In a way I envy him. I think about food way too much and I hate Dover sole. And I do wonder if I have too much time on my hands, allowing me to fully consider every meal I plan on eating and making sure every craving is satisfied.
So, when last weekend was upon us I again offered him the choice of any cake he wanted and he again picked coconut cake with lemon curd. I think there is part of me that interprets his choice of cake as an indication that for his birthday he wants to shed his straight backed ways and sink into something soft and sweet and indulgent. Frankly, I was secretly hoping he’d go for something with chocolate since that is the majority crowd pleaser in this crowd. But Dad’s feeling was, “It’s my birthday and if you’re going to ask me what I want I’m going to tell you and this is what I want.”
Okay then. It has taken me a few years to find the recipes I like best for the various components this cake requires. The actual cake is a yellow cake but I’ve swapped out the regular milk and used coconut milk instead. It infuses the whole thing with just enough of a hint of coconut without being overpowering. If you are not a fan of lemon curd the batch of Seven Minute Frosting certainly provides enough to fill between the layers and it would be good if you sprinkled some of the sweetened coconut in there as well.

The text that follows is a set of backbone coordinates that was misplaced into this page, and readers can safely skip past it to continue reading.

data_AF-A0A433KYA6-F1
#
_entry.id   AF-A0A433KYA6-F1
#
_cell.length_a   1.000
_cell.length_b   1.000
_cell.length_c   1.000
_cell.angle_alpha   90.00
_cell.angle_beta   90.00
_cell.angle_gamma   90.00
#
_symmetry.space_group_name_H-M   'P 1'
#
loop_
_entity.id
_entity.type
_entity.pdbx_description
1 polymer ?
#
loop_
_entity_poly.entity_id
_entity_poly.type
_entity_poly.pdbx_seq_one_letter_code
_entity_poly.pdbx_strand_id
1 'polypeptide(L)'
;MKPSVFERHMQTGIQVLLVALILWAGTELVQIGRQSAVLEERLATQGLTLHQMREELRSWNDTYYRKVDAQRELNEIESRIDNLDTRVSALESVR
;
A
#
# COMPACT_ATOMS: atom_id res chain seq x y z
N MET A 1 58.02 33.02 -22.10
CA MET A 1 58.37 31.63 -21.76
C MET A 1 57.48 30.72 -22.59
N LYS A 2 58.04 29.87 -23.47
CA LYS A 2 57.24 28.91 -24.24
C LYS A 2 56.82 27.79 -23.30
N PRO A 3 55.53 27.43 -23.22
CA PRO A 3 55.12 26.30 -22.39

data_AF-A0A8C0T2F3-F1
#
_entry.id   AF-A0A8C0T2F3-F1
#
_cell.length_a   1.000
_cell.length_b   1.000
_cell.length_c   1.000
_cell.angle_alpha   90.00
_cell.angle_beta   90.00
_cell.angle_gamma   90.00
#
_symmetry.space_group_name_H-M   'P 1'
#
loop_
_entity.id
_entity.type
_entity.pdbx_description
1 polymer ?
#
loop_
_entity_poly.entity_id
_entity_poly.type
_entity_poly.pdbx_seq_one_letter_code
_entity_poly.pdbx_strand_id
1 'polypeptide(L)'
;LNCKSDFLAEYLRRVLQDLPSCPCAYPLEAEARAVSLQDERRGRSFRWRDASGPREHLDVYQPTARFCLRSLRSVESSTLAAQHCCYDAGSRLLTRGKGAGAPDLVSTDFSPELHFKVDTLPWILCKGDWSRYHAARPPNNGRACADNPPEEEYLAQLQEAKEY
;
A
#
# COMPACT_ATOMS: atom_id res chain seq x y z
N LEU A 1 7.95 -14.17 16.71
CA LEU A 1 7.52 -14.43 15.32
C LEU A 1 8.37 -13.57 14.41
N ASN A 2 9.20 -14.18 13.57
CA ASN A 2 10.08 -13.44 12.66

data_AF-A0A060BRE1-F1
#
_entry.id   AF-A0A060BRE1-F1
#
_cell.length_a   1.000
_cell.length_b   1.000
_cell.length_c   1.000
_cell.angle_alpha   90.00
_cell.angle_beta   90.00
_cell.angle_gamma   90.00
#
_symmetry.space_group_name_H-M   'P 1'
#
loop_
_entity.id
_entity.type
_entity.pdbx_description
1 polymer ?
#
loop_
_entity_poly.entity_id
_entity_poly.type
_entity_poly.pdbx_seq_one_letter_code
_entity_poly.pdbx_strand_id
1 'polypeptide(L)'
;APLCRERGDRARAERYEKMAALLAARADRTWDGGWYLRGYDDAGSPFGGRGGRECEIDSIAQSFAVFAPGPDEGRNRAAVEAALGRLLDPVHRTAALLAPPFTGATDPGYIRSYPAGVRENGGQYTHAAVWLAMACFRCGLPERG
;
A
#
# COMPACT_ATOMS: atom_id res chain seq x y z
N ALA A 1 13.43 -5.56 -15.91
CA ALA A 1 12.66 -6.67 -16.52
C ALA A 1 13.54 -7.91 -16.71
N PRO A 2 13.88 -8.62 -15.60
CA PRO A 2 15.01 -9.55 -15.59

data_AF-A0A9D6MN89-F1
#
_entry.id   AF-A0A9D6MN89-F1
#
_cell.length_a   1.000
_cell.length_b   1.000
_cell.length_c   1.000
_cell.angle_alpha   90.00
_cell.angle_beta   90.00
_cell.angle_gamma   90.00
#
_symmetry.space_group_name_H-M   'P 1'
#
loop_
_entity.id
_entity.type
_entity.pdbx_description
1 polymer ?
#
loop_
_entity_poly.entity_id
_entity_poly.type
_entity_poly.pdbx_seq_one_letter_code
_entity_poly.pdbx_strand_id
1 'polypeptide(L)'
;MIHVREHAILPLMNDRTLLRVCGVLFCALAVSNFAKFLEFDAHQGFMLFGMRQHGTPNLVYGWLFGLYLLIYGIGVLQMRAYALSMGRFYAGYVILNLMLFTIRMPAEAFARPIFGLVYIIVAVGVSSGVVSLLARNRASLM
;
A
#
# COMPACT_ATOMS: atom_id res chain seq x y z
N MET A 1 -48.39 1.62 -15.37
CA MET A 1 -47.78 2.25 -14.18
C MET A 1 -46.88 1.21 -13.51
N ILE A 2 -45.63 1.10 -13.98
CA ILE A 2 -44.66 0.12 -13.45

While I was frosting the cake my audience, aka Niece One, announced her plans to avoid the “lemony part” because it is “yucky and too sour.” Meanwhile, when the cake was cut she devoured every crumb on her plate and proclaimed it “the best cake you ever made!” Winning her over felt even better than cutting my father a second piece. Happy Birthday Dad! Next year in Venice?
Dad's Birthday Weekend Coconut Cake
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Cake, Adapted from Food and Wine, June 2007
3 cups sifted all-purpose flour, plus more for dusting
1 tablespoon baking powder
3/4 teaspoon salt
1 cup coconut milk, at room temperature
2 teaspoons pure vanilla extract
1 1/2 sticks unsalted butter, softened
2 cups granulated sugar
4 large eggs, at room temperature
Preheat the oven to 350°. Butter two 9-by-2-inch round cake pans and line with parchment paper; butter and dust with flour.
In a bowl, mix the 3 cups of flour, baking powder and salt. In a cup, mix the coconut milk with the vanilla. Set aside.
In a standing mixer fitted with the paddle, beat the butter at medium speed until light and creamy. Add the sugar and beat until fluffy, 4 minutes. Beat in the eggs, one at a time, scraping down the bowl. Beat in the dry ingredients in 3 batches, alternating with the milk mixture and scraping down the bowl.